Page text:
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Dual Function Solar Converter/Solar Shade System Using 3-D Spidron Architecture

Booth Id:

Energy: Physical


Finalist Names:
Barbeau, Zoe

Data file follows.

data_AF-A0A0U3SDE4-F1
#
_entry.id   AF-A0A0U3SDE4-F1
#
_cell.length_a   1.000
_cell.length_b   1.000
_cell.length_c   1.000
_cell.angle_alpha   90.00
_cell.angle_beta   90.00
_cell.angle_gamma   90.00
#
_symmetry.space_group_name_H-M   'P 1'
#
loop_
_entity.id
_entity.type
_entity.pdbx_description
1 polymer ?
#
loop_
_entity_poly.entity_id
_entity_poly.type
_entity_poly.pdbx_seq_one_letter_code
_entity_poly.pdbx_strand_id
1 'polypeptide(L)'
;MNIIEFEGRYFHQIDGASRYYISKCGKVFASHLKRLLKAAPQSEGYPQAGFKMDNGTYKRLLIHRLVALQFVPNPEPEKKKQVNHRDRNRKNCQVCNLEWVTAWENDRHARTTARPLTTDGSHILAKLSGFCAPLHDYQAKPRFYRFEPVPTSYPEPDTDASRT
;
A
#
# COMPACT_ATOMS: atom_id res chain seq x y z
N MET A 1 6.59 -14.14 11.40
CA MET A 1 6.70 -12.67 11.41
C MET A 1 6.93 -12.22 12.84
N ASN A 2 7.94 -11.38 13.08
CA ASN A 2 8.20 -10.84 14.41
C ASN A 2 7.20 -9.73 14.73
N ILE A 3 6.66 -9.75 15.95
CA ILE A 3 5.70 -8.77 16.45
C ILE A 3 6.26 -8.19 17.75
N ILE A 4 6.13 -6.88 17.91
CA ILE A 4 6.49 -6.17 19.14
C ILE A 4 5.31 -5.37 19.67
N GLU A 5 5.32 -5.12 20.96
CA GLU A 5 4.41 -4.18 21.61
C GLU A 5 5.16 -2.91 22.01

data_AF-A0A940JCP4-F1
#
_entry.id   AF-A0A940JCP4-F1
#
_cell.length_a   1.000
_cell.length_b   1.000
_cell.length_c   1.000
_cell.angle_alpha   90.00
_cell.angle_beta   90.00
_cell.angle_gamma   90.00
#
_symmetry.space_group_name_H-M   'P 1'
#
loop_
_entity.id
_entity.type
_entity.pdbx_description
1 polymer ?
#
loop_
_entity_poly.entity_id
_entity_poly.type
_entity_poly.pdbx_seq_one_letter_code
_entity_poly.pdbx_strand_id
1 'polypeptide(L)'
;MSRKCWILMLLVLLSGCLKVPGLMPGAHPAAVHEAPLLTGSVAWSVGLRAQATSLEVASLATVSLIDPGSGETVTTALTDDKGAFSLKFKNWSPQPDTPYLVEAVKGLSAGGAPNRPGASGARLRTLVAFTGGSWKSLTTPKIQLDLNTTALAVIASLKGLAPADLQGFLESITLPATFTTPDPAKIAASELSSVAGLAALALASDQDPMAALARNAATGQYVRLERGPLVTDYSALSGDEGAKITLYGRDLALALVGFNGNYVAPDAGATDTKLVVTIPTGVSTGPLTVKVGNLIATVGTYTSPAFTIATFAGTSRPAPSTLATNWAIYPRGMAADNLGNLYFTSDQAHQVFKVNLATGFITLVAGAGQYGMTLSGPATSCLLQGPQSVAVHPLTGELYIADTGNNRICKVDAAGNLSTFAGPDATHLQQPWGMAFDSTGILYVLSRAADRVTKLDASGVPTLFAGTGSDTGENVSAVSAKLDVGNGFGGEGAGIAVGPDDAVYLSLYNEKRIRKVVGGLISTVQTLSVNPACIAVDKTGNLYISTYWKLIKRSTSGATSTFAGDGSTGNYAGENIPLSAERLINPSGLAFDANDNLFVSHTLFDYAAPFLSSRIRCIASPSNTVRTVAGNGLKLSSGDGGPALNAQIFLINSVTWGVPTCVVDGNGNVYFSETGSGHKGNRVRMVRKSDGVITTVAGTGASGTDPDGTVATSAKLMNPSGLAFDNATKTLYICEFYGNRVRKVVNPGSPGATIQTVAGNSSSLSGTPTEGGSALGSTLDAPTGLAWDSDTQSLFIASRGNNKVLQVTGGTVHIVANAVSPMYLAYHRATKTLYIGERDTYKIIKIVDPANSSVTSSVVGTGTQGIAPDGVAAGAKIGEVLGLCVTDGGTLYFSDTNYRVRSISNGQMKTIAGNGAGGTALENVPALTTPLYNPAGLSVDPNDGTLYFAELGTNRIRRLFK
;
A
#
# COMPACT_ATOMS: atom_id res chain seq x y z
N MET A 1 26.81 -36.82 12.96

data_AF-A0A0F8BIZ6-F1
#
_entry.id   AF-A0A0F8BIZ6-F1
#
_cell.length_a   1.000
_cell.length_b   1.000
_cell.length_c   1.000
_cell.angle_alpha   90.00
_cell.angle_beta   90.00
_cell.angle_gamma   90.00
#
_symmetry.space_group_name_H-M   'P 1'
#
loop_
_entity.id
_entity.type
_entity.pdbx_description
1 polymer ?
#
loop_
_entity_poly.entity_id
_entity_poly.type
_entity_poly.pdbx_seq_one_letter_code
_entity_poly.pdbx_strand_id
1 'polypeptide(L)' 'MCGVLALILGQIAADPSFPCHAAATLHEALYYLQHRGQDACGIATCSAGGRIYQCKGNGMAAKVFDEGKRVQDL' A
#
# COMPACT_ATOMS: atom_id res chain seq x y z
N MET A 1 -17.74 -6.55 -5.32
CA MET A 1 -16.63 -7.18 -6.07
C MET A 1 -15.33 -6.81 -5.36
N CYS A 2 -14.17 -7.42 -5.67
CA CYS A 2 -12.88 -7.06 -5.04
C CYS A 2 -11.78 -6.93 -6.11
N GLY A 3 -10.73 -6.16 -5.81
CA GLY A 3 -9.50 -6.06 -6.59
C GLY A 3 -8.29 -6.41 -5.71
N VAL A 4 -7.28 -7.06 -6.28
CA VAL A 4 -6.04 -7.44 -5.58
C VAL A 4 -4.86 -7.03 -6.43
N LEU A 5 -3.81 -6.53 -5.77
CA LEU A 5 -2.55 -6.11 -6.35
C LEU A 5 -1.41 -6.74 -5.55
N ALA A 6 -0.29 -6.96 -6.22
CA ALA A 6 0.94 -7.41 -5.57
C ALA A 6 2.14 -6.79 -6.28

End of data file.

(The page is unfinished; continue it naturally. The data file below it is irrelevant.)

3D spidron architecture is being designed for a dual function photovoltaic system that would convert solar energy to electricity while passively cooling a building. A spidron is an alternating sequence of isosceles and equilateral triangles forming a curve. The chosen spidron tessellations have 4 spidrons making a square module. 9 modules form panel. 3 architectures were tested: A1 baseline (unfolded), 3D A2 (folded), and 3D A3 (folded). A2 and A3 differ by folding pattern. Panels for design testing were made from aluminum flashing and painted black. 3 testing orientations were: 0, 18.4, and 90 degrees from horizontal. ThermaCAM B2 Infrared Camera recorded thermal data: surface temperatures of panels and wall behind the panel temperature. 3D A3 surface temperature was not significantly different in 18.4 and 90 degree orientations—consistent performance. A3 had lowest wall behind the panel temperature at 45.7 degrees C—best passive cooling. Baseline A1 had highest surface temperature: efficiency of solar panels decreases as temperature increases. PV Watts Calculator from National Renewable Energy Laboratory was used to calculate the projected energy conversion for standard crystalline silicon solar panel in parameters of tilt angle, location, weather patterns, DC Rating, and DC to AC Derate factors. 3D panels’ triangle angles were measured with digital protractor. Surface area of 3D panels’ triangles was used to weight calculated projected energy conversion. A2 and A3 were comparable at 4.9 and 5.0 kWh/m2/day average and more consistent throughout year and orientation compared to A1. Overall, A3’s architecture performed best: best passive cooling, lower surface temperature, consistent throughout orientations, and comparable, consistent projected energy convers